The Federal Trade Commission is green lighting Facebook's $2 billion acquisition of virtual reality goggles maker Oculus VR.The news arrived quietly on Wednesday.
"We're pleased the FTC has cleared our acquisition of Oculus," a Facebook spokeswoman said. Oculus reportedly declined to comment.
Given the social media company has spent $21 billion in acquisition costs in just a few short months, when you add in the WhatsApp purchase ($19 billion), one has to wonder what CEO Mark Zuckerberg will buy next.
Maybe it'll be a smartphone company. Too bad Nokia is selling its set phone unit so quick to Microsoft for $7.5 billion. Maybe Facebook will move into the wearables market and grab up Nike's FuelBand hardware. Or maybe Facebook will just sit back and figure out how to mesh, meld and very likely somehow integrate the two technologies.
The FTC approval arrived without any of the public fanfare that swirled about the initial news of the virtual reality company's decision to sell and the revealed sale price of WhatsApp.
On the public front both acquisitions sparked surprise and some public outrage, especially by Oculus fans, many of which donated to the initial crowdfunding effort that got the company on the map.
Early backers were super mad with CEO and founder Palmer Luckey when the sale news broke. And after all, why shouldn't they be as Luckey went on record more than once in the past nine months stating he wasn't interested in selling.
Back in July 2013, four years after the birth of his virtual reality headset, Luckey was queried about a potential sale.
"I mean I'm a millionaire in hypothetical dollars..." he said. "No I don't have a ton of money; I have equity in the company. But we're not planning on selling the company or doing anything to liquidate that - we're trying to remain independent and build what we're building."
Just last month, on March 3, Luckey was quoted as stating his company was staying independent but admitted "everyone has a number."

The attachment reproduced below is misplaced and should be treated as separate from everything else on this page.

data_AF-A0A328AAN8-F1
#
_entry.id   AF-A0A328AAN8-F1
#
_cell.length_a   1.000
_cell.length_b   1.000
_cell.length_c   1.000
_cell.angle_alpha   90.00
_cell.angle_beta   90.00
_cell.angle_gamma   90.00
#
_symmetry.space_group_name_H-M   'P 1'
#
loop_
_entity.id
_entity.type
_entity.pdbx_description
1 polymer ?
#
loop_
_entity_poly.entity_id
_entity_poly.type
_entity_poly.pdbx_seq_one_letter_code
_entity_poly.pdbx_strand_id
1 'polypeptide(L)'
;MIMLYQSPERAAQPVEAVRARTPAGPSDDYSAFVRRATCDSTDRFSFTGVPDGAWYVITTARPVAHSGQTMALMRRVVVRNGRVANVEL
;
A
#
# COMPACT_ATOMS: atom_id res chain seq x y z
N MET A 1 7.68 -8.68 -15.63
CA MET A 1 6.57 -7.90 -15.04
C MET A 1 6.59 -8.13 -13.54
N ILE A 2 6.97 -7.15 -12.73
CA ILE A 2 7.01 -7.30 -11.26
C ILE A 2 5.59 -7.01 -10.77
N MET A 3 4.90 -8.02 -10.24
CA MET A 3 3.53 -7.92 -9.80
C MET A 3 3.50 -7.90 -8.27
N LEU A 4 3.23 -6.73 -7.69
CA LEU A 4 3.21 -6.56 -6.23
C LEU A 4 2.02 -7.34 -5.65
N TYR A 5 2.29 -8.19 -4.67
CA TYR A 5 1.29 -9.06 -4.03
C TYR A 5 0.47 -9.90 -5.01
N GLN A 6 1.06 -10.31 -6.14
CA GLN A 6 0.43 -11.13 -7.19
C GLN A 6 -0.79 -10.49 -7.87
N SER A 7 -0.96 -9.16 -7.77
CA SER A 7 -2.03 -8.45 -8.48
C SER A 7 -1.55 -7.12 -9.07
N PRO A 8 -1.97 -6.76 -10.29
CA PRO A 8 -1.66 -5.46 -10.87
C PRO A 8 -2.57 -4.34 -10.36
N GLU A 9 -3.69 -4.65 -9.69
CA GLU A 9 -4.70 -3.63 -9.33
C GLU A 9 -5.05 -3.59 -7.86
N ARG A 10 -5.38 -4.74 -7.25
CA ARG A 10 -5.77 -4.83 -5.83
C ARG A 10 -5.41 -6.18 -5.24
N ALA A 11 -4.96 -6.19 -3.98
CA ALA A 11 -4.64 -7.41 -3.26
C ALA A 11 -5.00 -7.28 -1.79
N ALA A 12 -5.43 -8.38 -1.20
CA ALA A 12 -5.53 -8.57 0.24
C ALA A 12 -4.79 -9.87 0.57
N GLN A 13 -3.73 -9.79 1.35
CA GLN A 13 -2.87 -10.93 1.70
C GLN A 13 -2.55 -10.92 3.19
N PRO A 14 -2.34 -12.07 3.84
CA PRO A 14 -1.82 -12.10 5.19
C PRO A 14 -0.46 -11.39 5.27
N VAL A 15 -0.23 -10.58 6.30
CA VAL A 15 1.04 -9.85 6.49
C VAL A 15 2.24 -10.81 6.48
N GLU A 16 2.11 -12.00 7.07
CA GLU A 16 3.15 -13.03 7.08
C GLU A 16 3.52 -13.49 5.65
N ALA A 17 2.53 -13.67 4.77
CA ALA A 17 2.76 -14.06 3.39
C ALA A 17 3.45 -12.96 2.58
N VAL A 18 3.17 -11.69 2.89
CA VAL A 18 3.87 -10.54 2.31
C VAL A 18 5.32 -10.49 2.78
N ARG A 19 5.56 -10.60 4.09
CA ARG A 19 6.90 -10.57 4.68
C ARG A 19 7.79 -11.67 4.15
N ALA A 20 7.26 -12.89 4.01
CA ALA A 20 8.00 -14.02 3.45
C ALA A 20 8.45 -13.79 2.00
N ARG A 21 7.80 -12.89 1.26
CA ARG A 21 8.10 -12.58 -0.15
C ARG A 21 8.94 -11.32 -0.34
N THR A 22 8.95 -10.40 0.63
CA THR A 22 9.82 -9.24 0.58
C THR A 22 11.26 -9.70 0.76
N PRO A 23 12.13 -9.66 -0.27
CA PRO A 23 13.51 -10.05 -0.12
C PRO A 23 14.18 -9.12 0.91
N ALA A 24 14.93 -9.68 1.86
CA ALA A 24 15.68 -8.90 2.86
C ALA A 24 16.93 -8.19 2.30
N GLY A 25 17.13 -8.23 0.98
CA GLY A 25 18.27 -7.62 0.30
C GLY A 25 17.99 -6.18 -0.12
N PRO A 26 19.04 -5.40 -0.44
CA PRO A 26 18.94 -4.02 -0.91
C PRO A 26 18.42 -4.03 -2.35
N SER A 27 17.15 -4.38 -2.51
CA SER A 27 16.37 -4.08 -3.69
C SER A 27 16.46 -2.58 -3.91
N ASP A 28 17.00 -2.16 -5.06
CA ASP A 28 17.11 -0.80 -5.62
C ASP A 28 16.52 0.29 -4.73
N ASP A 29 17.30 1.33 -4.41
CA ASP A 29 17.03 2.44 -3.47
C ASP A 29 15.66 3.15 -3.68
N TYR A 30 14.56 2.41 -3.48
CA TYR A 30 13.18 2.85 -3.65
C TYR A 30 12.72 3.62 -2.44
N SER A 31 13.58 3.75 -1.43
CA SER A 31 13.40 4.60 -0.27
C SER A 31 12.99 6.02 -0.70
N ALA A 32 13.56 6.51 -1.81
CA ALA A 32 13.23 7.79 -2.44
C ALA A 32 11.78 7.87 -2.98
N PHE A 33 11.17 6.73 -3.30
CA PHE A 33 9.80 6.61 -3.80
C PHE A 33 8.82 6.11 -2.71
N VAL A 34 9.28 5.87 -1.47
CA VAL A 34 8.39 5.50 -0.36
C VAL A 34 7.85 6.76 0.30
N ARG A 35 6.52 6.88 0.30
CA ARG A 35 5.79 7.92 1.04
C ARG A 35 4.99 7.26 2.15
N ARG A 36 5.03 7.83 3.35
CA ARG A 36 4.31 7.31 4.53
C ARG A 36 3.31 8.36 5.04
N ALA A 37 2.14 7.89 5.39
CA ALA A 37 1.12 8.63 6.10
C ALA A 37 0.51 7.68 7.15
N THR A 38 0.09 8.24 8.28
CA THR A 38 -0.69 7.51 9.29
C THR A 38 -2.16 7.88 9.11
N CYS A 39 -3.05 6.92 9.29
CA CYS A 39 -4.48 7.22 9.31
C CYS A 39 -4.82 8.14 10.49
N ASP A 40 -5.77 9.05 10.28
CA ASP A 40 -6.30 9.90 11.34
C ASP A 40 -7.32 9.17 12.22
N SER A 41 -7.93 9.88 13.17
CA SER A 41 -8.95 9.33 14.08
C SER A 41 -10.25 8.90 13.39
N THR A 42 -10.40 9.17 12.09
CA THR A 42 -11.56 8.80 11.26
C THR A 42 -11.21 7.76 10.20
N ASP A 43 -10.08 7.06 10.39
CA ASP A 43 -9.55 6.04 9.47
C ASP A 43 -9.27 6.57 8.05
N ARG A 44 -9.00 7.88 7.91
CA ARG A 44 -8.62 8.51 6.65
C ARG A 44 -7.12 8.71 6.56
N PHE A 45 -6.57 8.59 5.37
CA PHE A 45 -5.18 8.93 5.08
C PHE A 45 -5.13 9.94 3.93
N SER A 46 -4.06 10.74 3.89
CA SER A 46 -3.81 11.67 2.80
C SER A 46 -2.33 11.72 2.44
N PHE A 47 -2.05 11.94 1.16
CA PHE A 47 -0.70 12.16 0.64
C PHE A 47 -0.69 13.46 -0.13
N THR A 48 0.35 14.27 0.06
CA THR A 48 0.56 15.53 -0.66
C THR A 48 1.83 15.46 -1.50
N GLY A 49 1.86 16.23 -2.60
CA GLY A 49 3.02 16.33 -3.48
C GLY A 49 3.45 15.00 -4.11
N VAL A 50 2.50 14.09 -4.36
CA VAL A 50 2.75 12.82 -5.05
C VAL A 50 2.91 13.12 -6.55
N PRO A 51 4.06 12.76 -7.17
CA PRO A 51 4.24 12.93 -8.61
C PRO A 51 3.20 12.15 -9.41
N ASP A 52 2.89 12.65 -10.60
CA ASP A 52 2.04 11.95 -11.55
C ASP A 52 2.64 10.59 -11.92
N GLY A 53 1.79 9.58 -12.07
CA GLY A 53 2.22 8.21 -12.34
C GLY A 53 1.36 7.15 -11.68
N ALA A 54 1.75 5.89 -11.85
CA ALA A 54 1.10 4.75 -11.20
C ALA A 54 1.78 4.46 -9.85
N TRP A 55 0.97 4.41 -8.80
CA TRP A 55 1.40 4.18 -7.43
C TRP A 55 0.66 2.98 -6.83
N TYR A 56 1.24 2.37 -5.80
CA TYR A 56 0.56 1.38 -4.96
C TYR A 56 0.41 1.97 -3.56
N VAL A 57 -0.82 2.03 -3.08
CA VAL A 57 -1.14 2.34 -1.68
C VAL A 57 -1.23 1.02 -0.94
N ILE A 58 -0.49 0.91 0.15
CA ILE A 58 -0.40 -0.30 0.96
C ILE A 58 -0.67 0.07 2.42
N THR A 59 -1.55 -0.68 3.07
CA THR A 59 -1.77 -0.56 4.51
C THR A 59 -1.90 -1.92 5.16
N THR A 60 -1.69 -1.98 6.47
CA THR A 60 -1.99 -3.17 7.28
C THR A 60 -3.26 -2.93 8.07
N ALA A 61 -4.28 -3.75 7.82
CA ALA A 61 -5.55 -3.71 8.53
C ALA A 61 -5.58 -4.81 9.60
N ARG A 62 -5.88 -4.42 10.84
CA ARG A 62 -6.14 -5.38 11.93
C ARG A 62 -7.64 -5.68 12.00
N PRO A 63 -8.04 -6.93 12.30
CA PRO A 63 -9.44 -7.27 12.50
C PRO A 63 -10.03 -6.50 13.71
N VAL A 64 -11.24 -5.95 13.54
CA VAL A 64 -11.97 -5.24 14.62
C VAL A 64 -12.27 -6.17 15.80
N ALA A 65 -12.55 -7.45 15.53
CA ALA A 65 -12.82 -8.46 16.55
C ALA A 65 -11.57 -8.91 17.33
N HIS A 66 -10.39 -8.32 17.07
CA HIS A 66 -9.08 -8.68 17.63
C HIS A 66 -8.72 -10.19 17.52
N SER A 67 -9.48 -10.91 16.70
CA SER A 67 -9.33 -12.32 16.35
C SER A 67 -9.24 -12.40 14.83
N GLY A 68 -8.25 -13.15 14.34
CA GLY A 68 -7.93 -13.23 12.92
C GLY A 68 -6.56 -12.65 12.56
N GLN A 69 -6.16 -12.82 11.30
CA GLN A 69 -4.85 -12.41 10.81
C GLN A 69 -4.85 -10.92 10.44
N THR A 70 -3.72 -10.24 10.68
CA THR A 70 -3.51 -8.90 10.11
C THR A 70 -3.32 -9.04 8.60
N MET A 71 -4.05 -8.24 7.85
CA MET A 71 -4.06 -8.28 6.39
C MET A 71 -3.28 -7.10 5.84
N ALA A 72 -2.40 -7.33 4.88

"We want to do things our way. There are certainly people who are interested... but we have a vision for our consumer product and we know that we're going to be able to pull it off. We don't want to be assimilated into someone who's going to have us working on their own product or their own vision of VR - we want to be able to deliver our own vision of what VR is," he said.
Less than two weeks later Luckey signed off on selling Oculus to Facebook for $2 billion.
In a company blog on March 25 Luckey called the partnership "one of the most important moments for virtual reality."
Since his mindset change, and obviously much larger bank account, he also promised the headset's games will stay open and that the acquisition should drop the gear's price point, which is now about $350.
"I guarantee that you won't need to log into your Facebook account every time you wanna use the Oculus Rift," he told the critics.
Zuckerberg has also been busy reassuring Oculus fans, some of which sought refunds given the sale news.
"Oculus has the chance to create the most social platform ever, and change the way we work, play and communicate," Zuckerberg said.
In fact, the entrepreneur envisions a future where Facebook users could slip on a set of the virtual reality goggles and enjoy a courtside seat at a basketball game, consult with a doctor face-to-face, or go shopping in a virtual store.